The poker community might call him the most disliked player in poker, but after Tuesday’s action at WSOP Europe 2017, they have to call Chris Ferguson a six-time WSOP bracelet winner and will most likely soon have to call him the 2017 WSOP Player of the Year.
Ferguson came to the eight-handed final table with just 15 big blinds but managed to navigate his way to victory by eliminating his final four opponents.
From UTG+1, Sebastian Langrock raised to 35,000 before Artur Sojka made 123,000 from Langrock’s direct left. Action folded to Langrock who called all in and turned over while Sojka showed . Things got interesting on the flop when four cards appeared. After a quick check with the floor staff, the four cards were re-shuffled and a flop of was dealt out. The turn was the to put Sojka ahead. The river gave Sojka the high and the low and eliminated Langrock in eighth place.
Roughly an hour later, Sojka sent another player to the rail. Dario Aliota raised to 56,000 from the button and Sojka re-raised to 192,000 from the small blind. Aliota called all in and showed and Sojka tabled . The board ran out to send Aliota out in seventh place.
It was yet another hour before the next elimination. Stanislav Wright opened to 45,000 from the hijack before Divanshu Khurana raised to 165,000 from the cutoff. Wright called and Khurana accidentally exposed his hand. Play was allowed to continue and the flop came . Wright announced he was all in and Khurana called all in. Wright had while Khurana held . The turn was the and the river was the to eliminate Khurana.
Ferguson’s assault on the chip lead began with a double up the through Rex Clinkscales. On the next hand, Clinkscales called from UTG, Ferguson raised to 90,000 from the button and Clinkscales moved all in for his last 285,000 and Ferguson called. Clinkscales showed while Ferguson had . The board ran out to give Ferguson a full house and bust Clinkscales in fifth place.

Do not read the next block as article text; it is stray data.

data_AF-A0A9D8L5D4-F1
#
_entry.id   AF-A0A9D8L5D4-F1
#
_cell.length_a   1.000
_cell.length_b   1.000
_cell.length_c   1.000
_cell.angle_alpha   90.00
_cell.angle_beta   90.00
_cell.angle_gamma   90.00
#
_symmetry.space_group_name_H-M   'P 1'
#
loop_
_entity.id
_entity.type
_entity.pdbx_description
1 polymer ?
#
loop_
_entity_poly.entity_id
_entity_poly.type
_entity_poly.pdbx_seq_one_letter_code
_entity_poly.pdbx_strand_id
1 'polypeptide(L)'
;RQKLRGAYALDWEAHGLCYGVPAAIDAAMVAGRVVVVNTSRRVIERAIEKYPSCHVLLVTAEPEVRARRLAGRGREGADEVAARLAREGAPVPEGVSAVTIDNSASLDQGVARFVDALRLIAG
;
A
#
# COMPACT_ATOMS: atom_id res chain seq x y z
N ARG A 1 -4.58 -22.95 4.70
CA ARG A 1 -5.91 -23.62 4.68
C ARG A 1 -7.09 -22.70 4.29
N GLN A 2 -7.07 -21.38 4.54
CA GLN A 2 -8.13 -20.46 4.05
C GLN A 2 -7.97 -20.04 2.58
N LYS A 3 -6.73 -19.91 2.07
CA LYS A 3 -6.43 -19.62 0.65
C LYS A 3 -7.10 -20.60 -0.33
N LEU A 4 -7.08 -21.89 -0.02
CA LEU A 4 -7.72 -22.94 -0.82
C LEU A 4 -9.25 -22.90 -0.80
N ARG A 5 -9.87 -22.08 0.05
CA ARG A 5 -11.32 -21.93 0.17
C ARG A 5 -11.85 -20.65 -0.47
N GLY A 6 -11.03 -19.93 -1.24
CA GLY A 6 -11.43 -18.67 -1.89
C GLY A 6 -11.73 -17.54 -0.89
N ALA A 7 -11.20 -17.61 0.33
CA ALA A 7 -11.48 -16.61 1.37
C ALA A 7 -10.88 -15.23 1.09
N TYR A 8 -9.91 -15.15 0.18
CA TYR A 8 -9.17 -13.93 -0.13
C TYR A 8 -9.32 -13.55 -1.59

Four-handed play lasted almost two hours before Ferguson sent another player packing and neared the chip lead. Ferguson raised to 90,000 from the small blind and Sojka called from the big. The flop came and Ferguson bet 180,000 and Sojka called all in. Ferguson showed while Sojka was drawing with . The turn and river gave Ferguson Broadway and left Sojka out in fourth.
Ferguson continued his rampage and 20 minutes later, found himself heads up for a bracelet for the second time in 2017. Ferguson raised to 90,000 from the small blind and Eldert Soer called from the big. The flop came and fireworks ensued. Ferguson bet 120,000, Soer raised to 540,000, Ferguson announced he was all in and Soer called all in. Ferguson showed while Soer showed . The turn took the low away from Soer and the river gave Ferguson the wheel for the low and a six-high straight for the high to scoop and bust Soer in third place.
It took just 10 more minutes for Ferguson to put a bow on bracelet #6. Ferguson raised to 90,000 and Wright called and then moved all in after the . Ferguson called and showed while Wright was behind with . Neither the turn or river were good enough to give Wright the low and he was out in second place, leaving Ferguson to pose for the winner photo with his sixth bracelet.
In mid-June, Ferguson got heads up with Mike Wattel in the $10,000 Seven Card Stud Championship event. Wednesday’s victory gives Ferguson an even bigger lead in the 2017 WSOP POY race. He was already leading coming into Wednesday’s action and added 98.84 points to his total.
“I feel great,” Ferguson said. “It’s kind of surreal because I wasn’t expecting to win this bracelet at all. I was just trying to sneak in, just trying to advance a little bit. And it just kind of happened. It’s the best way.”
Ferguson, one of the key figures in the demise of Full Tilt Poker after Black Friday, had not played at the WSOP since 2010 before showing up during the 2016 Las Vegas events. His return was not met with widespread joy from players still angry over the financial mismanagement of Full Tilt Poker. Ferguson believes the break might have done his poker game some good.
“I just cleared my mind. For five years I hadn’t really thought about poker. I didn’t really miss poker. It had been a big part of my life,” said Ferguson. “I had actually been planning to take a break from poker, and it turned out to be bigger than I expected. I’ve always found that when I take a break from something, and you come back to it, you come back to it with a fresh perspective, and often you’ll do better.”